SEARSPORT, Maine — Police are looking for a “sick” person who shot three dogs dead and left them on the side of the road.
Patrolman Eric Bonney, who is also one of the town’s animal control officers, said the dogs were shot on two separate occasions and left at the same spot on Nickels Road. One dog was killed in September, the other two last Thursday.
“This is pretty sickening,” Bonney said Tuesday. “You just can’t imagine someone doing this. It’s sick.”
Bonney said he and Police Chief Dick LaHaye found a 2-year-old male Great Dane and 4-month-old female Great Dane at approximately 2 p.m. Dec. 4 after being alerted by a caller. The male had been shot multiple times, the female pup once. Both were left on a piece of plastic.
The Great Danes were taken to Blake Veterinary Hospital in Northport where it was officially determined they had been shot. Bonney said he asked that the dogs be autopsied in hopes of recovering bullets or fragments that could be used as evidence.
Bonney said the case was eerily similar to one investigated by animal control officer Rory McLaughlin in September. That case involved a Rottweiler that was found shot dead and also left on a piece of plastic on Nickels Road.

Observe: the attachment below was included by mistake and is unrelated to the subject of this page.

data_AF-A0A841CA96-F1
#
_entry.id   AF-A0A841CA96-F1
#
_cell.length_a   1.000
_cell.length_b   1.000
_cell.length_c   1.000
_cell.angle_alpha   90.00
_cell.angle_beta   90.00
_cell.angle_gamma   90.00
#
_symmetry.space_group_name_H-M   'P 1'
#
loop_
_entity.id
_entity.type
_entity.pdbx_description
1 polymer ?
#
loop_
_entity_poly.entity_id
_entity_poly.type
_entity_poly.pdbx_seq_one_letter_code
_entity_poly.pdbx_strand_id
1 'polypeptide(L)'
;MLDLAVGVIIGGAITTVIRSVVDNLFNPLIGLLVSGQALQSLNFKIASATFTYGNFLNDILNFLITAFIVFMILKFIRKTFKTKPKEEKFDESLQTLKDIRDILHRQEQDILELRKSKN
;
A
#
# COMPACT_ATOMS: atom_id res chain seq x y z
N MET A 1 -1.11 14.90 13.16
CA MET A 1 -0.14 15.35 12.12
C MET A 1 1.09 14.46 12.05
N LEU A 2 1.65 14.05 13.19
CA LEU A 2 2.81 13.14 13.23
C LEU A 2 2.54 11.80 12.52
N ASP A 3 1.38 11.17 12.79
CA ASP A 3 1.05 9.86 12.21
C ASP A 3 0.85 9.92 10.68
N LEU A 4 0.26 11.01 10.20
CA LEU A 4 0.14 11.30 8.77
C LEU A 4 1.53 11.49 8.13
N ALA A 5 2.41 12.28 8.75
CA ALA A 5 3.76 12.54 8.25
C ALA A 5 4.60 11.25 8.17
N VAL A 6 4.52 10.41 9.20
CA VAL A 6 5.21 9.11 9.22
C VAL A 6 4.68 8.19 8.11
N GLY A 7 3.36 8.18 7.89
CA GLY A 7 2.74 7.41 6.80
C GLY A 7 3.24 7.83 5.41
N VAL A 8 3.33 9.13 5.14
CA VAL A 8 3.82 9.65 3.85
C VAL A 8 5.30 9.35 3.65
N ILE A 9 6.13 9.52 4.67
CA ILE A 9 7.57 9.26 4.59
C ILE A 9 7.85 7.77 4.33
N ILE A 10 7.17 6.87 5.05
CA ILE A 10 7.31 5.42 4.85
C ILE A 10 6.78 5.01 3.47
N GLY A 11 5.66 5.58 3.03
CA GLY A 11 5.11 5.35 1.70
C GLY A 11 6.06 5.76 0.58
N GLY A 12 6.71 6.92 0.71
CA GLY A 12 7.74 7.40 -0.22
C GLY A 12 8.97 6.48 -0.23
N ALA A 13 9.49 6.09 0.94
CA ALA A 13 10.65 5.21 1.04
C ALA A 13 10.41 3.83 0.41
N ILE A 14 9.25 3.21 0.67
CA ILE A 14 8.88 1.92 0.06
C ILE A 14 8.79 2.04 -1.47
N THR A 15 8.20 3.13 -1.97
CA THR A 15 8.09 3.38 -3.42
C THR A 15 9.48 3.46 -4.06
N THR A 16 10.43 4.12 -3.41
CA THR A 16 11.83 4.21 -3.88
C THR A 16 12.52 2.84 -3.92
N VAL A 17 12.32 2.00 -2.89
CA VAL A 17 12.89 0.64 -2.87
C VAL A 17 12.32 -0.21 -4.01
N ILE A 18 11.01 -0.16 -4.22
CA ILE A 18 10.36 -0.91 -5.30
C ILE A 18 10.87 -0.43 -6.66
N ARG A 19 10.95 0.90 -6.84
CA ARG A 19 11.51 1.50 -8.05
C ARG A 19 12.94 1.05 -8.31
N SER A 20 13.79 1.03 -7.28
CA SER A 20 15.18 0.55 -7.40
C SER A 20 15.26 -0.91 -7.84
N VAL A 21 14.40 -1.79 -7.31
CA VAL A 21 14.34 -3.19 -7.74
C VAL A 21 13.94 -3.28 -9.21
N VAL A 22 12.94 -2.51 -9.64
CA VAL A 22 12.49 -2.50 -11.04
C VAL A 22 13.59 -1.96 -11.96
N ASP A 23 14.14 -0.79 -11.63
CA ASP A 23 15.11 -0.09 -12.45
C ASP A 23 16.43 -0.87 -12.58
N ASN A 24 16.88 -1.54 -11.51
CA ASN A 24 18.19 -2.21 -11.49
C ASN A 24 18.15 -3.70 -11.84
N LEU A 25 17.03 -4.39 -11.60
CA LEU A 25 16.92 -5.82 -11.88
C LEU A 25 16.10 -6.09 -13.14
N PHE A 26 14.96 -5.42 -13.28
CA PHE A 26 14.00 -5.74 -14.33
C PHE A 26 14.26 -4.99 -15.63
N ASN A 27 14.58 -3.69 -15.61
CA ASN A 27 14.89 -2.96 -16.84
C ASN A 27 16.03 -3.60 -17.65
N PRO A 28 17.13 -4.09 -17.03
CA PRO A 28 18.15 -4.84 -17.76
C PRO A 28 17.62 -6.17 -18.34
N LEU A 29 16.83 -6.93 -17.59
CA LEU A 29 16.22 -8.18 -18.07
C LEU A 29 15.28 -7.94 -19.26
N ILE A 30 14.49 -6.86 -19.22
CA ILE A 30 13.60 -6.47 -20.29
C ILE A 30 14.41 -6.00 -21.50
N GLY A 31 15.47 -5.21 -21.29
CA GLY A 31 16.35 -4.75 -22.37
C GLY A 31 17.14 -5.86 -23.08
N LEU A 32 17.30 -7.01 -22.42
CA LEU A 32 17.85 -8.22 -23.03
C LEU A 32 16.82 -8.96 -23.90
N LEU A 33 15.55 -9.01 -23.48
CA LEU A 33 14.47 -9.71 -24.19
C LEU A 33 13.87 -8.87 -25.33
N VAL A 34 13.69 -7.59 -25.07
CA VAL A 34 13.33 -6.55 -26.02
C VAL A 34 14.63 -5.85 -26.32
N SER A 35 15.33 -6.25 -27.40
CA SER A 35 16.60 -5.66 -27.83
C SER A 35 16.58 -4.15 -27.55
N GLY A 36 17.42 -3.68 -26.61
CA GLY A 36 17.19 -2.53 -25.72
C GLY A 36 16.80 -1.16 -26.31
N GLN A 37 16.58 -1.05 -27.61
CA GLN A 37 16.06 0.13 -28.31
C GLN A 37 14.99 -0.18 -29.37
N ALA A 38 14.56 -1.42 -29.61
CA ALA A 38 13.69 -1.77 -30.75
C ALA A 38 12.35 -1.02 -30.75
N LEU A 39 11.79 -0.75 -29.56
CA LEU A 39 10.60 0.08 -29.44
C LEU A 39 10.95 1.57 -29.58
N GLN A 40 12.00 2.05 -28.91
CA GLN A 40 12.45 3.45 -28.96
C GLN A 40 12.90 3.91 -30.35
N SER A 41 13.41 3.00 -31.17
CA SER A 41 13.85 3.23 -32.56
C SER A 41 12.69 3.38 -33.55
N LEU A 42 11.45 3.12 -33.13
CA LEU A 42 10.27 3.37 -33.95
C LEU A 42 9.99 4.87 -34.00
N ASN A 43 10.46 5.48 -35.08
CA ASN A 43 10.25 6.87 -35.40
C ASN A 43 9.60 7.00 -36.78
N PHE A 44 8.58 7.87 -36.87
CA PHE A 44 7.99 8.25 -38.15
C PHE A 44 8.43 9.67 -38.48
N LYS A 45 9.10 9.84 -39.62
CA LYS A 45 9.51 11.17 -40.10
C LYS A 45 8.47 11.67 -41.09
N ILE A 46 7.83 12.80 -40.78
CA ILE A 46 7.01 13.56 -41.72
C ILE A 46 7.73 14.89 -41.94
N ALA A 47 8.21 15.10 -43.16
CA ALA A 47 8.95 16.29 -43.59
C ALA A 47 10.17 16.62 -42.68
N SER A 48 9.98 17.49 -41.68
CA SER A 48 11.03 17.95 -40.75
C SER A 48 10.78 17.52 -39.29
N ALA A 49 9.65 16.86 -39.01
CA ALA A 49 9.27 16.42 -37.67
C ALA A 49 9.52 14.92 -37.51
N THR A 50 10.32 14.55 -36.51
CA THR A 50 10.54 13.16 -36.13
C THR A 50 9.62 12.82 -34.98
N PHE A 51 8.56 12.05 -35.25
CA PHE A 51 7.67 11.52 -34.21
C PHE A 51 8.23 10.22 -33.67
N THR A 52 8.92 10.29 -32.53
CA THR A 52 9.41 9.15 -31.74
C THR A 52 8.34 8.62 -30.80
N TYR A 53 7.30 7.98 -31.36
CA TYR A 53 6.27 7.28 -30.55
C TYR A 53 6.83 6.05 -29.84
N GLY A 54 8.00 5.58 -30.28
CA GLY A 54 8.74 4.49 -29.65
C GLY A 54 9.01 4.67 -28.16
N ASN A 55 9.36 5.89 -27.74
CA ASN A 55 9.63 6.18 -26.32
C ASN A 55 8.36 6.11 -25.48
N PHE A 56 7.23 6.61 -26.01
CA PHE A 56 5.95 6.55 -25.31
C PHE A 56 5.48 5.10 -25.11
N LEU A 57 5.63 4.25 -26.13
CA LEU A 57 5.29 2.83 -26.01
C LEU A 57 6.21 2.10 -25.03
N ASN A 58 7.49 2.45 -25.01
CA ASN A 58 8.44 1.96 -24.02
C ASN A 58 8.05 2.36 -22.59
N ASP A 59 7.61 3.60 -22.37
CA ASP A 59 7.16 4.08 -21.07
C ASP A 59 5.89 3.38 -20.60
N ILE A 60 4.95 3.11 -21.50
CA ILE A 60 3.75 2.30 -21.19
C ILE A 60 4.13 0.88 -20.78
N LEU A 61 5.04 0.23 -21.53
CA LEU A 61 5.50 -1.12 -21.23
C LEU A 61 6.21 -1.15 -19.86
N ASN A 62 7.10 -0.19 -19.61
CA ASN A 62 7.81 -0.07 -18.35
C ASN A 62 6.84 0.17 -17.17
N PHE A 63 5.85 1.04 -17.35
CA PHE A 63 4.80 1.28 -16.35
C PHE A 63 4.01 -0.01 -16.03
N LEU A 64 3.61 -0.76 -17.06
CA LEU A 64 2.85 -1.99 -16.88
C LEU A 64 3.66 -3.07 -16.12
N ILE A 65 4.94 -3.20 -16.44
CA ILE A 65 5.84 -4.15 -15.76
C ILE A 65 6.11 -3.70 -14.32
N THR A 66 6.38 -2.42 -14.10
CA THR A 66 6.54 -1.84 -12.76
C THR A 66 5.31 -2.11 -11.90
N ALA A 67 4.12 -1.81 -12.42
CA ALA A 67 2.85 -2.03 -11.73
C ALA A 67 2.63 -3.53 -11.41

“These are rare, rare cases, especially for Searsport,” Bonney said. “We feel they are related because all three dogs were left in the same spot.”
The three dogs had gotten free and were running at large when they were killed, Bonney said. Their owners lived within a mile of Nickels Road, he said. Bonney said the owner of the Great Danes had called the evening they were found to tell him they were loose. He said he was disappointed to have to tell the woman her pets had been killed.
Bonney said that if the person or persons responsible were caught they likely would be charged with felony aggravated animal cruelty and aggravated criminal mischief. He said the crimes are considered felonies because the pets were worth thousands of dollars.
“The owner is still paying for the pup; it was only 4 months old,” he said.
Bonney cautioned owners to keep their dogs registered and under their control and to notify the Police Department whenever they run off.
“People need to let us know if a dog gets out,” he said.
Bonney said the department was “following up on some leads” and was hopeful that the responsible party would be brought to justice.